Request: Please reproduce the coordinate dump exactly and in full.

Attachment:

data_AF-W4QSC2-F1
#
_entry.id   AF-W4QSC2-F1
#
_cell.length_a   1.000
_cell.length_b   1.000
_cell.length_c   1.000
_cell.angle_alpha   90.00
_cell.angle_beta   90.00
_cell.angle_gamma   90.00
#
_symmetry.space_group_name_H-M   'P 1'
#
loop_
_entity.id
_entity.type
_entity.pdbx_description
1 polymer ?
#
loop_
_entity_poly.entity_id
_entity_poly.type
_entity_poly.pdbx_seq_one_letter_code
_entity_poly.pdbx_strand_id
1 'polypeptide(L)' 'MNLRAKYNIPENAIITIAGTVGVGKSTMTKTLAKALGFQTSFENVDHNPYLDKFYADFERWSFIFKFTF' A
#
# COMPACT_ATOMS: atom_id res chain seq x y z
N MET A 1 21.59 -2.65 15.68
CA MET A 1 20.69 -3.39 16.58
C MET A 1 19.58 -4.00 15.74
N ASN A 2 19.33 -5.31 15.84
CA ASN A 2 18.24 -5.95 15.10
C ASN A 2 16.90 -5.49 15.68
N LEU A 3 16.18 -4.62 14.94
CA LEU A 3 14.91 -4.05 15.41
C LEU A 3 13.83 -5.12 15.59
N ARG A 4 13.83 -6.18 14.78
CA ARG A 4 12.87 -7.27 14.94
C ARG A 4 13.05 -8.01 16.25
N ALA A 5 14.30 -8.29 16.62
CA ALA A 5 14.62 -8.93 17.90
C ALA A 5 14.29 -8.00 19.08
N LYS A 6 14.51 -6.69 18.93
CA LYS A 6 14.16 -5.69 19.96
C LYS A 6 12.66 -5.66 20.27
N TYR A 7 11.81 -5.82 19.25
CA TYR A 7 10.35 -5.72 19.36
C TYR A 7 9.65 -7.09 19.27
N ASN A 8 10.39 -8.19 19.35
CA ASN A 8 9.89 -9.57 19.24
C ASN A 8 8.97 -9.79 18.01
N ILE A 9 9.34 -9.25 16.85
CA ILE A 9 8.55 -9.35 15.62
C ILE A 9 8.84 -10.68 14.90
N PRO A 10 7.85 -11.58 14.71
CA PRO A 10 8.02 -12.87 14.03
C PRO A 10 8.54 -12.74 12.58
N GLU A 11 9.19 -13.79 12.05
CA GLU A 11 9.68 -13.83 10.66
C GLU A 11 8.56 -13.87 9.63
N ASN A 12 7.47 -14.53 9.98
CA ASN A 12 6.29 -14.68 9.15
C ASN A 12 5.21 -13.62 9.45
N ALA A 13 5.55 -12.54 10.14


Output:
data_AF-W4QSC2-F1
#
_entry.id   AF-W4QSC2-F1
#
_cell.length_a   1.000
_cell.length_b   1.000
_cell.length_c   1.000
_cell.angle_alpha   90.00
_cell.angle_beta   90.00
_cell.angle_gamma   90.00
#
_symmetry.space_group_name_H-M   'P 1'
#
loop_
_entity.id
_entity.type
_entity.pdbx_description
1 polymer ?
#
loop_
_entity_poly.entity_id
_entity_poly.type
_entity_poly.pdbx_seq_one_letter_code
_entity_poly.pdbx_strand_id
1 'polypeptide(L)' 'MNLRAKYNIPENAIITIAGTVGVGKSTMTKTLAKALGFQTSFENVDHNPYLDKFYADFERWSFIFKFTF' A
#
# COMPACT_ATOMS: atom_id res chain seq x y z
N MET A 1 21.59 -2.65 15.68
CA MET A 1 20.69 -3.39 16.58
C MET A 1 19.58 -4.00 15.74
N ASN A 2 19.33 -5.31 15.84
CA ASN A 2 18.24 -5.95 15.10
C ASN A 2 16.90 -5.49 15.68
N LEU A 3 16.18 -4.62 14.94
CA LEU A 3 14.91 -4.05 15.41
C LEU A 3 13.83 -5.12 15.59
N ARG A 4 13.83 -6.18 14.78
CA ARG A 4 12.87 -7.27 14.94
C ARG A 4 13.05 -8.01 16.25
N ALA A 5 14.30 -8.29 16.62
CA ALA A 5 14.62 -8.93 17.90
C ALA A 5 14.29 -8.00 19.08
N LYS A 6 14.51 -6.69 18.93
CA LYS A 6 14.16 -5.69 19.96
C LYS A 6 12.66 -5.66 20.27
N TYR A 7 11.81 -5.82 19.25
CA TYR A 7 10.35 -5.72 19.36
C TYR A 7 9.65 -7.09 19.27
N ASN A 8 10.39 -8.19 19.35
CA ASN A 8 9.89 -9.57 19.24
C ASN A 8 8.97 -9.79 18.01
N ILE A 9 9.34 -9.25 16.85
CA ILE A 9 8.55 -9.35 15.62
C ILE A 9 8.84 -10.68 14.90
N PRO A 10 7.85 -11.58 14.71
CA PRO A 10 8.02 -12.87 14.03
C PRO A 10 8.54 -12.74 12.58
N GLU A 11 9.19 -13.79 12.05
CA GLU A 11 9.68 -13.83 10.66
C GLU A 11 8.56 -13.87 9.63
N ASN A 12 7.47 -14.53 9.98
CA ASN A 12 6.29 -14.68 9.15
C ASN A 12 5.21 -13.62 9.45
N ALA A 13 5.55 -12.54 10.14